Festive Season stats rise: SA a safe haven in the global travel sphere

2017-01-18 15:41 - Louzel Lombard Steyn
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Cape Town – South Africa’s tourism saw an impressive improvement during the 2016/2017 holiday period, with a total of 5 504 022 people moving through SA’s ports of entry between the period of 9 December 2016 and 14 January 2017.

This marks an increase of 3.78%, or 200 467 people more compared to the 5 303 555 recorded for the same time last year, the Department of Home Affairs confirmed.

Speaking at a press conference in Pretoria, Home Affairs minister Malusi Gigaba said that movements for OR Tambo International Airport alone, from 9 December last year to 14 January 2017 reached a total of 977 961, up from the 948 477 recorded for the same time in the previous festive season.

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The top 10 nationalities that arrived in SA during the festive season were from Lesotho, Zimbabwe, Mozambique, Swaziland, Botswana, the United Kingdom, the USA, Namibia, Germany and Zambia.

The figures showed that “South Africa remains a continual attraction to our immediate neighbours,” Gigaba says.

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Apart from the beautiful and affordable tourist destination South African is, Gigaba also said that SA offers a safe travel destination for international visitors, especially. 

SA a safe haven for tourists

“People feel safe when they come here," he said. "Besides what SA offers as a tourism destination, it remains relatively isolated from the global turbulence that have occurred in other countries in the past year," the minister said, referring specifically to a terror attack in Germany in December last year, when a lorry ploughed into a Christmas market in Berlin. 

Gigaba said that "South Africa has remained relatively isolated from incidents like the tragedy in Germany, and a lot of other countries that have also experienced terrorism".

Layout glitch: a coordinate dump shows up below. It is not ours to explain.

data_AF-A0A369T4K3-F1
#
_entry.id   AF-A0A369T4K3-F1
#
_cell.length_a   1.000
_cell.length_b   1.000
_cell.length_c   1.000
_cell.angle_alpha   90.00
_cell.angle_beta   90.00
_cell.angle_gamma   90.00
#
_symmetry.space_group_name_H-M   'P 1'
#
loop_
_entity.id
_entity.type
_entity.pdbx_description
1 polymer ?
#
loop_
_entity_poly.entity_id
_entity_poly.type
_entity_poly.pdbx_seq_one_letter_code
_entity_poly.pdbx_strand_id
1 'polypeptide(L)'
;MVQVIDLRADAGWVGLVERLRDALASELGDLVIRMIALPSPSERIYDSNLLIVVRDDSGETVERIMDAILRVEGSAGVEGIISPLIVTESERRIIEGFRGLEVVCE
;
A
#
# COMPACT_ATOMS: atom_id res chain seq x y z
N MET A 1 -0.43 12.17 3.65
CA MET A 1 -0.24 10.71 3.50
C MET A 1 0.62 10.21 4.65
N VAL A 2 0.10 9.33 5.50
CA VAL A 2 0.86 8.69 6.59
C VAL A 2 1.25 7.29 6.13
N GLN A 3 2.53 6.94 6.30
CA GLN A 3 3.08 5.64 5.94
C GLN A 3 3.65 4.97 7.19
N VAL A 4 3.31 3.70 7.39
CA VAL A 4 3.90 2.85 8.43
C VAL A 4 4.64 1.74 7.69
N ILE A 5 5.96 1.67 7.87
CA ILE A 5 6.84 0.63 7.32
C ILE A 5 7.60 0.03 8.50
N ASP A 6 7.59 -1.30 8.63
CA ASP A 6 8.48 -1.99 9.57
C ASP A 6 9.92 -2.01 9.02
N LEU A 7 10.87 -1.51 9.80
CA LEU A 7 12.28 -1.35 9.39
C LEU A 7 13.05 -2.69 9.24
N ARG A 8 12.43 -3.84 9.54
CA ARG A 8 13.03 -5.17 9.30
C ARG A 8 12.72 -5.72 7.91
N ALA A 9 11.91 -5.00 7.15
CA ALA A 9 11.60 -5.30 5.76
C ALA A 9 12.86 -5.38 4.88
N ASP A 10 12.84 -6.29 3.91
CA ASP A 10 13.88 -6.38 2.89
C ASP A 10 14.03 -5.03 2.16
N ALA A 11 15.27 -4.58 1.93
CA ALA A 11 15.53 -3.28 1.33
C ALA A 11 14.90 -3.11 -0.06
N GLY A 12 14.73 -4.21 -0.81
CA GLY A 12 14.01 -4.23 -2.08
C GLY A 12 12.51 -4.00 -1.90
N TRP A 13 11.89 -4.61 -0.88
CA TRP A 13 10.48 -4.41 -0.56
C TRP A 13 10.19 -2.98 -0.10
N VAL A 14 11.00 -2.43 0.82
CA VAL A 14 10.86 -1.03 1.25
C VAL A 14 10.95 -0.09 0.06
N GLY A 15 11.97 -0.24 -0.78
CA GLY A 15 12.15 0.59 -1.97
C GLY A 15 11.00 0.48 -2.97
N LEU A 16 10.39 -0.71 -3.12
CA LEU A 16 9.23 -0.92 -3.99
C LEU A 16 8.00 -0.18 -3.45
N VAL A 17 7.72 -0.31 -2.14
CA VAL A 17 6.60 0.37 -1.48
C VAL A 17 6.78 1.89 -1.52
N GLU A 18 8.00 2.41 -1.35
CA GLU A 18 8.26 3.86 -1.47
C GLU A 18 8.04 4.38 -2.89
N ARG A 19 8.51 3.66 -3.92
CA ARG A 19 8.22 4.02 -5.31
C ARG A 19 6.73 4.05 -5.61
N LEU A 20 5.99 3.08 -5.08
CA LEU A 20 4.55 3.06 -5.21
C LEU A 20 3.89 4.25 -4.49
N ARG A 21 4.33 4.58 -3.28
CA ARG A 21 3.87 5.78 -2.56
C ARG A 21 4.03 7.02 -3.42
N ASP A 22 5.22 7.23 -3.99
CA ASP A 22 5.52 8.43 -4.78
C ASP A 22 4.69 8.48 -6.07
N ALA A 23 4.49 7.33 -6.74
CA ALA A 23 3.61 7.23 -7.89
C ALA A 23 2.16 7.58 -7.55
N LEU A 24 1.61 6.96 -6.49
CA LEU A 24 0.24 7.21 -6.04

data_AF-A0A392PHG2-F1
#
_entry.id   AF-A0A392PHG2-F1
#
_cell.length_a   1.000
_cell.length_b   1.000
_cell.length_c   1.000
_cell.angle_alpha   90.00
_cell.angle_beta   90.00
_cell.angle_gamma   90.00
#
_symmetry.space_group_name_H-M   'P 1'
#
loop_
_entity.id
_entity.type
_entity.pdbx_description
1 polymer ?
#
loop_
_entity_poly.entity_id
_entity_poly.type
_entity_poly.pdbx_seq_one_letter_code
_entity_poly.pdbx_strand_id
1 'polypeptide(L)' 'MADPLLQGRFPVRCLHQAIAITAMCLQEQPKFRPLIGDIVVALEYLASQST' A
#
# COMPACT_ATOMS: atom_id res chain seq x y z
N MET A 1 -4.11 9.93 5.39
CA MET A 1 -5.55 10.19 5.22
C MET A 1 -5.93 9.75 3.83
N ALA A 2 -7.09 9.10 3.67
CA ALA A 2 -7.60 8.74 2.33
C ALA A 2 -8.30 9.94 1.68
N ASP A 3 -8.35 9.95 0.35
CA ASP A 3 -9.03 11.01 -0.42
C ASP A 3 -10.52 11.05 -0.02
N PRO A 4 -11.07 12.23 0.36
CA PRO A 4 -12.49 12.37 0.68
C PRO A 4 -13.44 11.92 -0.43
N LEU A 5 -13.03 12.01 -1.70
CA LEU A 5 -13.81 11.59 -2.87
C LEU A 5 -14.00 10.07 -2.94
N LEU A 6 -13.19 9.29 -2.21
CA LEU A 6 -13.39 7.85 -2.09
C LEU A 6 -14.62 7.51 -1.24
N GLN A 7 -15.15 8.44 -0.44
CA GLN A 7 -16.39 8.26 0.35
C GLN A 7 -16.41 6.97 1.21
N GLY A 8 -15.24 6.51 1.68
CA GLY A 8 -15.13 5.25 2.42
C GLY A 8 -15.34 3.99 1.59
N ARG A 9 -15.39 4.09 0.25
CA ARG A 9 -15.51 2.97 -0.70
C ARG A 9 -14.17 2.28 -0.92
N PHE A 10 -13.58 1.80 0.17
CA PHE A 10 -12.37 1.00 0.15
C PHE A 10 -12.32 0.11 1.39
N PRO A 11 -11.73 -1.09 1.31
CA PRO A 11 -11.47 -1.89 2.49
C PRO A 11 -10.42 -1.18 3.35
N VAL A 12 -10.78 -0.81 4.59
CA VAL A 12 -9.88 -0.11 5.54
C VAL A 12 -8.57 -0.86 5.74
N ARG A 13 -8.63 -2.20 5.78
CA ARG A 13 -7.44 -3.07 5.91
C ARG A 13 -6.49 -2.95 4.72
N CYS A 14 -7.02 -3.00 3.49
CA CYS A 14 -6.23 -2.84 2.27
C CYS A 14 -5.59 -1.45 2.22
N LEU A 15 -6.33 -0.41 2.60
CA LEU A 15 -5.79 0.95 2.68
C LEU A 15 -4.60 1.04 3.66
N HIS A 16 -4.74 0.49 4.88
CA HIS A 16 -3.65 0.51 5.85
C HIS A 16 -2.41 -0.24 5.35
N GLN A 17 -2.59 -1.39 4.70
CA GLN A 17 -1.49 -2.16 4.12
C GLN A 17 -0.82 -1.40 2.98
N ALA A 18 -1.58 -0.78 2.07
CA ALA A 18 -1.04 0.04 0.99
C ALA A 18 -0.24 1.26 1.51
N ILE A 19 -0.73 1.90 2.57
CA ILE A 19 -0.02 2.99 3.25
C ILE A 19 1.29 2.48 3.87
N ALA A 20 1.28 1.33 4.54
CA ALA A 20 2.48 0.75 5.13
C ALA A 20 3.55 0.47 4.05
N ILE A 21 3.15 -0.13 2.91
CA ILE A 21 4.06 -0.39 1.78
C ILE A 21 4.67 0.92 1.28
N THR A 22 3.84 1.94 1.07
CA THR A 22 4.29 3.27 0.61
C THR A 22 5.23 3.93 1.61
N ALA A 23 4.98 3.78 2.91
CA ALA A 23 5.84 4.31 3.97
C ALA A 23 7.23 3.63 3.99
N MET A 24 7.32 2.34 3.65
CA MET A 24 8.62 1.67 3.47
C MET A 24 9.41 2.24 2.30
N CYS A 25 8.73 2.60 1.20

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Referring to the refusal of entry of a Syrian national linked to ISIS over the December period, Gigaba also said that the DHA will continue to beef up security at SA's ports of entry by rolling out biometric data capturing systems at more immigration points. 

Tourism recovering from minor visa issue 

The improved figures are a welcomed sight for tourism authorities in SA, especially when compared to the numbers last year, when tourism suffered an overall dip of 6.8%.

SA also saw 600 000 fewer tourists in 2015 than in the same period in 2014 – producing very little growth during those two years, despite mammoth industry efforts in terms of advertising, as well as favourable external factors like the weak rand. 

The dip in tourist numbers, however, was mainly due to the implementation of highly controversial new visa restrictions for minor travellers, which were amended by the start of 2016 in order to facilitate tourism more. 

Although the past festive season saw fewer issues for minor traveller visa, it remains a problem area for travellers. 

Statistics from this year show a total of 1 222 minors were denied entry into SA's ports over the festive season. According to Gigaba, it is most likely that these travellers were denied entry for not producing the required documents. 

"Failure to produce all the required documents South Africa's law requires, whether it be travellers with minors or not – remains the major transgression for visitors that are denied entry,” Gigaba said. 

The minister says statistics showing the specific reasons for refusal of entry will be made available at a later stage. 

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